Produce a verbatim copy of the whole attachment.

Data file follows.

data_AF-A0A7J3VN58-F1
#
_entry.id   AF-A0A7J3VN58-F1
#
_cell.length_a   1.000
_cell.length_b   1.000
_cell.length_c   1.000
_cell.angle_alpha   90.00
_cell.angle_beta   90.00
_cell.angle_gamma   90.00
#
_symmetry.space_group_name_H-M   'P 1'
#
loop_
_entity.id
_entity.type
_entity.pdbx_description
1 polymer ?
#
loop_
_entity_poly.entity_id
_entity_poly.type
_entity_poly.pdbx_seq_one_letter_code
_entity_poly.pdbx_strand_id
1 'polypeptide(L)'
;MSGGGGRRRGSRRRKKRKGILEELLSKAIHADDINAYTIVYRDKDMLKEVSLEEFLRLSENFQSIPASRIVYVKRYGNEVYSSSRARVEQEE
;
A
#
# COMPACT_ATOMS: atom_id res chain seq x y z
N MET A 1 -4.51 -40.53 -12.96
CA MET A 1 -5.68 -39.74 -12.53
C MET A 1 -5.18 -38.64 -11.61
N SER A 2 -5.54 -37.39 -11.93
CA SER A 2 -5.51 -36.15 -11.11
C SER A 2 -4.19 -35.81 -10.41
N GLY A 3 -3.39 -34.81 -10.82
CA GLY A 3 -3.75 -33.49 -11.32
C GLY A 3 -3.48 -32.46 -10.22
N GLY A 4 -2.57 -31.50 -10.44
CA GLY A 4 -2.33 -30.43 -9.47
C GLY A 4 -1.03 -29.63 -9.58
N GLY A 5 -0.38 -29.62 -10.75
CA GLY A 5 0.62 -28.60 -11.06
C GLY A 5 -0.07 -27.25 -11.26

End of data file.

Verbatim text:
data_AF-A0A7J3VN58-F1
#
_entry.id   AF-A0A7J3VN58-F1
#
_cell.length_a   1.000
_cell.length_b   1.000
_cell.length_c   1.000
_cell.angle_alpha   90.00
_cell.angle_beta   90.00
_cell.angle_gamma   90.00
#
_symmetry.space_group_name_H-M   'P 1'
#
loop_
_entity.id
_entity.type
_entity.pdbx_description
1 polymer ?
#
loop_
_entity_poly.entity_id
_entity_poly.type
_entity_poly.pdbx_seq_one_letter_code
_entity_poly.pdbx_strand_id
1 'polypeptide(L)'
;MSGGGGRRRGSRRRKKRKGILEELLSKAIHADDINAYTIVYRDKDMLKEVSLEEFLRLSENFQSIPASRIVYVKRYGNEVYSSSRARVEQEE
;
A
#
# COMPACT_ATOMS: atom_id res chain seq x y z
N MET A 1 -4.51 -40.53 -12.96
CA MET A 1 -5.68 -39.74 -12.53
C MET A 1 -5.18 -38.64 -11.61
N SER A 2 -5.54 -37.39 -11.93
CA SER A 2 -5.51 -36.15 -11.11
C SER A 2 -4.19 -35.81 -10.41
N GLY A 3 -3.39 -34.81 -10.82
CA GLY A 3 -3.75 -33.49 -11.32
C GLY A 3 -3.48 -32.46 -10.22
N GLY A 4 -2.57 -31.50 -10.44
CA GLY A 4 -2.33 -30.43 -9.47
C GLY A 4 -1.03 -29.63 -9.58
N GLY A 5 -0.38 -29.62 -10.75
CA GLY A 5 0.62 -28.60 -11.06
C GLY A 5 -0.07 -27.25 -11.26